The group was signed to an endorsement deal with Converse, and were featured as an opening act on Luther Vandross' 1993 tour. Among the numerous countries toured were England, Germany, the Netherlands and France which confirmed the group's live vocal and performing prowess. However, according to an article in Vibe magazine, Vandross (by his own admission in interviews) and his entourage clashed with the members of En Vogue during the tour and he vowed never to work with them again afterwards.

En Vogue also made numerous television appearances on such series as In Living Color, A Different World, Roc and Hangin' With Mr. Cooper (the latter two in which they also sang the shows' theme songs).

In 1993, En Vogue were featured vocalists on Salt-N-Pepa's top ten hit "Whatta Man", from Salt-N-Pepa's Very Necessary album. The track also appeared (slightly edited) on En Vogue's Runaway Love EP.

1994–98: The departure of Robinson and EV3[edit]

In 1995, En Vogue was amongst numerous female vocalists featured on the song "Freedom" for the soundtrack to Panther. Also in 1995, group member Terry Ellis recorded a solo album entitled Southern Gal, which spun off the top ten R&B single "Where Ever You Are."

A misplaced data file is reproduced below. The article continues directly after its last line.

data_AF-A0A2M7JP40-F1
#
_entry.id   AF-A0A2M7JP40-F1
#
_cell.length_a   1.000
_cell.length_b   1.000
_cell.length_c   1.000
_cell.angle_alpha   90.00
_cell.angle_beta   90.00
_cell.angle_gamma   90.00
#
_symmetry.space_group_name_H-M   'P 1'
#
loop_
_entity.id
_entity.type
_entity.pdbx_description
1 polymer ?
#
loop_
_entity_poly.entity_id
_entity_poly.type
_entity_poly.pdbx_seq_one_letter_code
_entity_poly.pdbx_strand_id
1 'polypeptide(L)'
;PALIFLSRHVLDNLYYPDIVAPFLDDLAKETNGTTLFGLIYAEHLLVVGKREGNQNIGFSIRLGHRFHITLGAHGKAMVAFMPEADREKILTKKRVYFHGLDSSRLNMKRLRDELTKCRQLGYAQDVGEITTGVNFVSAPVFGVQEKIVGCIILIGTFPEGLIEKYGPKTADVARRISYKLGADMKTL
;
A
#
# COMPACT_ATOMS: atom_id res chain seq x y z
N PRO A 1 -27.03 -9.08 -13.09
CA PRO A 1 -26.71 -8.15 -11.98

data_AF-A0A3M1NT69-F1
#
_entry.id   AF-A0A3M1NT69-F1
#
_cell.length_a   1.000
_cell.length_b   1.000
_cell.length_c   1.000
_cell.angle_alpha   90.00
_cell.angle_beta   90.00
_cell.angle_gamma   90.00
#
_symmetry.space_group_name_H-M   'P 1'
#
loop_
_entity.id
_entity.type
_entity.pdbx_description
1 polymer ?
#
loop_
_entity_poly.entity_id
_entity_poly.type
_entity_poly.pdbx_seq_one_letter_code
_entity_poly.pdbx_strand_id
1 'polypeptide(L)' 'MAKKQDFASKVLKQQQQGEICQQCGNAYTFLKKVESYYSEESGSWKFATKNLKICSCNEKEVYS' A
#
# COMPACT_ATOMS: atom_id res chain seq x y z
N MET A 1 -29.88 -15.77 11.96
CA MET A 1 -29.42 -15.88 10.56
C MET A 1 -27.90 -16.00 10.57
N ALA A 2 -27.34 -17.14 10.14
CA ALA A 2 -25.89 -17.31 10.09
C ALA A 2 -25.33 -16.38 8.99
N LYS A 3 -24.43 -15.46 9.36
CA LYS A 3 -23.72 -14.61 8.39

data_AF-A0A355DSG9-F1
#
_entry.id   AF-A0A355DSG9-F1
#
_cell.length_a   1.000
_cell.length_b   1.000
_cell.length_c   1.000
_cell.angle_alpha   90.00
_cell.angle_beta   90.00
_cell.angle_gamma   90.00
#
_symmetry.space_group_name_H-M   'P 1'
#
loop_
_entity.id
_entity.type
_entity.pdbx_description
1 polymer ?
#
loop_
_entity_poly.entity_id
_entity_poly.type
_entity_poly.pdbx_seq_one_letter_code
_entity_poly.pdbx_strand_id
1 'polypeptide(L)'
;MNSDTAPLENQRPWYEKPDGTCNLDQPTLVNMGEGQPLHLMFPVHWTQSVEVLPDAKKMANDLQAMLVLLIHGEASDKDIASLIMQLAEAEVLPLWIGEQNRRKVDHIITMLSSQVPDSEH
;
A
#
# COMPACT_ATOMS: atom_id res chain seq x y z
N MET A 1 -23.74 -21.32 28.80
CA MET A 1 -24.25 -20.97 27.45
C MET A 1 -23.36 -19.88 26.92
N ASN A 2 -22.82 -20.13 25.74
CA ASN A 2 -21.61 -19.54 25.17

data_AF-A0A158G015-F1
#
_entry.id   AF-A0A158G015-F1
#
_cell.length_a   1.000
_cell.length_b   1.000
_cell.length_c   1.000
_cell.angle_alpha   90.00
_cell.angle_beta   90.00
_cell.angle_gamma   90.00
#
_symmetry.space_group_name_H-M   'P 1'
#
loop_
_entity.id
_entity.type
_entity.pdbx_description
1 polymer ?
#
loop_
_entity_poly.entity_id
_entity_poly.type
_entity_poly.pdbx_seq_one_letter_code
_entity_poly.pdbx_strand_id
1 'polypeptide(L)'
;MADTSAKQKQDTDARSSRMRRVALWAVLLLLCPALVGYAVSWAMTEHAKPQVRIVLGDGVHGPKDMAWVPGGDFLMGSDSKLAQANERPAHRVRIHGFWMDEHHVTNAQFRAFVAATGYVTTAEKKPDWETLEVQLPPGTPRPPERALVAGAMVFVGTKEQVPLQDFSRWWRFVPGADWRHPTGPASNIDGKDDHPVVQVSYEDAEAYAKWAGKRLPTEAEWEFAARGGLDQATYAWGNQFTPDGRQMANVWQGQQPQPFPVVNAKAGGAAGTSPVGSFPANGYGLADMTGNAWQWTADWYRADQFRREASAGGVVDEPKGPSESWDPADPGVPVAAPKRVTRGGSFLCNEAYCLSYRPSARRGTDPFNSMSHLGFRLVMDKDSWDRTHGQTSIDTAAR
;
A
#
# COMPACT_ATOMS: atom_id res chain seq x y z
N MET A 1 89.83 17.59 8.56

In 1996, En Vogue recorded "Don't Let Go (Love)" for the soundtrack to the motion picture Set It Off. Released in the autumn, it became the group's biggest hit to date; the single peaked at No. 2 on the Hot 100, No. 1 on the R&B singles chart, and was certified platinum by the RIAA. It, inadvertently, would also be the final En Vogue single to feature Robinson. One of Robinson's final performances with her bandmates came in October of that year, when the group sang the final National Anthem rendition in the history of Atlanta-Fulton County Stadium in Atlanta, which came in game five of the 1996 World Series.

In response to the large commercial success of "Don't Let Go (Love)", the group steadfastly went to work on its third album. As the album was nearing completion, Robinson chose to leave the group in April 1997 after difficult contractual negotiations reached a stalemate. Despite Robinson's abrupt departure, En Vogue resolved to continue on as a trio (forcing the group to re-record some of the tracks on their forthcoming album that had originally featured her on lead vocals).

EV3, the group's third album, was released in the spring and debuted at No. 8 on both the Billboard 200 and the Billboard R&B charts. The first single, the Babyface-penned and produced "Whatever" went on to become a top-20 pop hit, a top ten R&B hit, while also peaking at No. 5 on the Hot Dance Music/Club Play chart. On August 26, 1997, the single was certified gold by the RIAA. The follow-up single "Too Gone, Too Long" (which was produced by David Foster and written by Diane Warren) performed more modestly, managing to only peak in the top forty.